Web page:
What is CBOL?

The Consortium for the Barcode of Life (CBOL) is an international initiative devoted to developing DNA barcoding as a global standard for the identification of biological species. DNA barcoding is a new technique that uses a short DNA sequence from a standardized and agreed-upon position in the genome as a molecular diagnostic for species-level identification. DNA barcode sequences are very short relative to the entire genome and they can be obtained reasonably quickly and cheaply. The "Folmer region" at the 5' end of the cytochrome c oxidase subunit 1 mitochondrial region (COI) is emerging as the standard barcode region for almost all groups of higher animals. This region is 648 nucleotide base pairs long in most groups and is flanked by regions of conserved sequences, making it relatively easy to isolate and analyze. A growing number of studies have shown that COI sequence variability is very low (generally less than 1-2%) and that the COI sequences of even closely related species differ by several percent, making it possible to identify species with high confidence. For those groups in which COI is unable to resolve species-level differences, CBOL recommends the use of an additional gene region. In some groups, COI is not an effective barcode region and a different standard region must be identified. In all cases, DNA barcoding is based on the use of a short, standard region that enables cost-effective species identification.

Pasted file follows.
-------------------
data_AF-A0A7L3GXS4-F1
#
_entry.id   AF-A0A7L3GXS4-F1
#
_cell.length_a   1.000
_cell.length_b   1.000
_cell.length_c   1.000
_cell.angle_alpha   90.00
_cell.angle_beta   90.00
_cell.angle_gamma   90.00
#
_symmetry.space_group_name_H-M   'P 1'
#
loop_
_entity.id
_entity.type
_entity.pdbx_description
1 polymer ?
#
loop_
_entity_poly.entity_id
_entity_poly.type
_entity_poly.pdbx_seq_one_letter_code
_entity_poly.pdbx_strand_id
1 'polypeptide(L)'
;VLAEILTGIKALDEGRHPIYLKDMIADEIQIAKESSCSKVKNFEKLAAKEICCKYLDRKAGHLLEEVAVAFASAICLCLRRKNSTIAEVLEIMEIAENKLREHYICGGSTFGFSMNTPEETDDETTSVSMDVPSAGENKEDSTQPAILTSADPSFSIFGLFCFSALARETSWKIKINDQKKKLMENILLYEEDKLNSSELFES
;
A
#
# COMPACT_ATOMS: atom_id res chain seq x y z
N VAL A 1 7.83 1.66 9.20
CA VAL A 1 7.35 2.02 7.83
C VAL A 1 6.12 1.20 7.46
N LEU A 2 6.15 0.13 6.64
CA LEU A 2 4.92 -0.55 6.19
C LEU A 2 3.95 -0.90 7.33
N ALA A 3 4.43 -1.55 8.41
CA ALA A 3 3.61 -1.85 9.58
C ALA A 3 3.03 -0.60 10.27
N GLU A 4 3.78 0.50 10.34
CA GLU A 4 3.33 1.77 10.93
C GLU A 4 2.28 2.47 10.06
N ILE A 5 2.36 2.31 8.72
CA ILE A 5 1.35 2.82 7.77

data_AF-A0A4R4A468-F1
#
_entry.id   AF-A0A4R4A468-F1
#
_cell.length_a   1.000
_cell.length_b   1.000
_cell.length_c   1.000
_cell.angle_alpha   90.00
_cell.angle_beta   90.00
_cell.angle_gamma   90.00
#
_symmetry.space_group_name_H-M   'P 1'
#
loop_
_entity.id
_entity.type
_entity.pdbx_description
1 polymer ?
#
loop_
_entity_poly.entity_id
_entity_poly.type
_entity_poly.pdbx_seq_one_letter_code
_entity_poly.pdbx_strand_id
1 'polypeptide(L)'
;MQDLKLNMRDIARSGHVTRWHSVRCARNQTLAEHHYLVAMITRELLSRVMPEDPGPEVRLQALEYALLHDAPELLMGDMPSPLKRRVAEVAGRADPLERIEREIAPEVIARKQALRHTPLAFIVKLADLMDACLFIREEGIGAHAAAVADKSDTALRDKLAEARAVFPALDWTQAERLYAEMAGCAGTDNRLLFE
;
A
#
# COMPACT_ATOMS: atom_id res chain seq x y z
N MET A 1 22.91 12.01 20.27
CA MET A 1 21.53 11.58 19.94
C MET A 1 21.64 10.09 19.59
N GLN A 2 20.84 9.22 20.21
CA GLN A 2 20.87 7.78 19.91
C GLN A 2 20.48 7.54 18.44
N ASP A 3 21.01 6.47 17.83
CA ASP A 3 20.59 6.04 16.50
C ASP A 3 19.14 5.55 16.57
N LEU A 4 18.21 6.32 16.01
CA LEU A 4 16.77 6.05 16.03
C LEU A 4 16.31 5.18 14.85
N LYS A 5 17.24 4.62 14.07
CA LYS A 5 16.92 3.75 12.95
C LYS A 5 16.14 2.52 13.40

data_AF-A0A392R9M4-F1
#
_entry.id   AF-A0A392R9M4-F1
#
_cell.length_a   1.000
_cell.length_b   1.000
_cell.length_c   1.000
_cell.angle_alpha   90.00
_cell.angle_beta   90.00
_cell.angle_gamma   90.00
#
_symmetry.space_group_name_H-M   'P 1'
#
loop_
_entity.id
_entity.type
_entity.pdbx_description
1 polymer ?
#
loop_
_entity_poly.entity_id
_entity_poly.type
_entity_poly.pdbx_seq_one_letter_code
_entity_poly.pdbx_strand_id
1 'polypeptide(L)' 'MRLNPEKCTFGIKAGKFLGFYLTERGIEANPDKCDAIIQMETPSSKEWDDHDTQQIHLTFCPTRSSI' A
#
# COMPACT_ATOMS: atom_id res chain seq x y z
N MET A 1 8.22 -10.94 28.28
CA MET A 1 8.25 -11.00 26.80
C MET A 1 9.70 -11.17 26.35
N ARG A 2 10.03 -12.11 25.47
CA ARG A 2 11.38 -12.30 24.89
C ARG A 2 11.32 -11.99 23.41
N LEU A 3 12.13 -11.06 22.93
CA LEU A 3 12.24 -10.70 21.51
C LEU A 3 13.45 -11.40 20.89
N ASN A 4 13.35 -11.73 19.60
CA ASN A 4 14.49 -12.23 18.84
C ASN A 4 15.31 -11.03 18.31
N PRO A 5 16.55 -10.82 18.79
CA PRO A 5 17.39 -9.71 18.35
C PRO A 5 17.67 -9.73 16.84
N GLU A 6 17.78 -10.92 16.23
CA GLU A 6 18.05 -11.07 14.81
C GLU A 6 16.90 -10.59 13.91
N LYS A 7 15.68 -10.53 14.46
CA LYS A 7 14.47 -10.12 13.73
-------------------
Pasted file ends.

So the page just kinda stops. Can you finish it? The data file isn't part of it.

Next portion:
To learn more about DNA barcoding, see:

CBOL has more than 170 Member Organizations from more than 50 countries including:

  • Natural history museums, zoos, herbaria, and botanical gardens;
  • University departments of biology and molecular biology;
  • Biodiversity and conservation organizations, NGOs;
  • Governmental and intergovernmental organizations; and
  • Private biotech companies.

CBOL’s mission is to promote the exploration and development of DNA barcoding as a global standard for species identification. In pursuing this mission, CBOL promotes:

  • the rapid compilation of high-quality DNA barcode records in a public library of DNA sequences,
  • the development of new instruments and processes that will make barcoding cheaper, faster, and more portable,
  • the participation of taxonomists and taxonomic research organizations in all regions and countries, and
  • the use of DNA barcoding for the benefit of science and society.